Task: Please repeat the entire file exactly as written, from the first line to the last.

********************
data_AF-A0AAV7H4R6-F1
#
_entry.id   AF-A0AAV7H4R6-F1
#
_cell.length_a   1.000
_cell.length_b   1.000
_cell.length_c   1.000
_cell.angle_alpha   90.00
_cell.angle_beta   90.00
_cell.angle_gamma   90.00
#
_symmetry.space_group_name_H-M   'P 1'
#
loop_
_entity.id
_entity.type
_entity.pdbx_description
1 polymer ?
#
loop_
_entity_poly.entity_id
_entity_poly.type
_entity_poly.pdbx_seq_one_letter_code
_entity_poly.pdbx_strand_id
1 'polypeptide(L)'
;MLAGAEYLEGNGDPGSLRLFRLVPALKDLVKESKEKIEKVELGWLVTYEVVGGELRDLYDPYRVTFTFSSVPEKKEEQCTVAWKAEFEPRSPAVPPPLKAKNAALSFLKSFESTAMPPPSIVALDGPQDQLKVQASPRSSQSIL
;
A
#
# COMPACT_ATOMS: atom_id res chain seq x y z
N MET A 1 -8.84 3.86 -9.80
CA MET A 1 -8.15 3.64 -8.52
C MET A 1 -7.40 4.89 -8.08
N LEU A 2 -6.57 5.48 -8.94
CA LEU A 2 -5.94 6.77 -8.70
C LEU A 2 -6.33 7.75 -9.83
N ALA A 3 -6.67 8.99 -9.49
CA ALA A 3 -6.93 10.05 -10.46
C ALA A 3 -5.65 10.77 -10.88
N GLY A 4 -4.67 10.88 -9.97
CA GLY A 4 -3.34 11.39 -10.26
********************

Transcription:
data_AF-A0AAV7H4R6-F1
#
_entry.id   AF-A0AAV7H4R6-F1
#
_cell.length_a   1.000
_cell.length_b   1.000
_cell.length_c   1.000
_cell.angle_alpha   90.00
_cell.angle_beta   90.00
_cell.angle_gamma   90.00
#
_symmetry.space_group_name_H-M   'P 1'
#
loop_
_entity.id
_entity.type
_entity.pdbx_description
1 polymer ?
#
loop_
_entity_poly.entity_id
_entity_poly.type
_entity_poly.pdbx_seq_one_letter_code
_entity_poly.pdbx_strand_id
1 'polypeptide(L)'
;MLAGAEYLEGNGDPGSLRLFRLVPALKDLVKESKEKIEKVELGWLVTYEVVGGELRDLYDPYRVTFTFSSVPEKKEEQCTVAWKAEFEPRSPAVPPPLKAKNAALSFLKSFESTAMPPPSIVALDGPQDQLKVQASPRSSQSIL
;
A
#
# COMPACT_ATOMS: atom_id res chain seq x y z
N MET A 1 -8.84 3.86 -9.80
CA MET A 1 -8.15 3.64 -8.52
C MET A 1 -7.40 4.89 -8.08
N LEU A 2 -6.57 5.48 -8.94
CA LEU A 2 -5.94 6.77 -8.70
C LEU A 2 -6.33 7.75 -9.83
N ALA A 3 -6.67 8.99 -9.49
CA ALA A 3 -6.93 10.05 -10.46
C ALA A 3 -5.65 10.77 -10.88
N GLY A 4 -4.67 10.88 -9.97
CA GLY A 4 -3.34 11.39 -10.26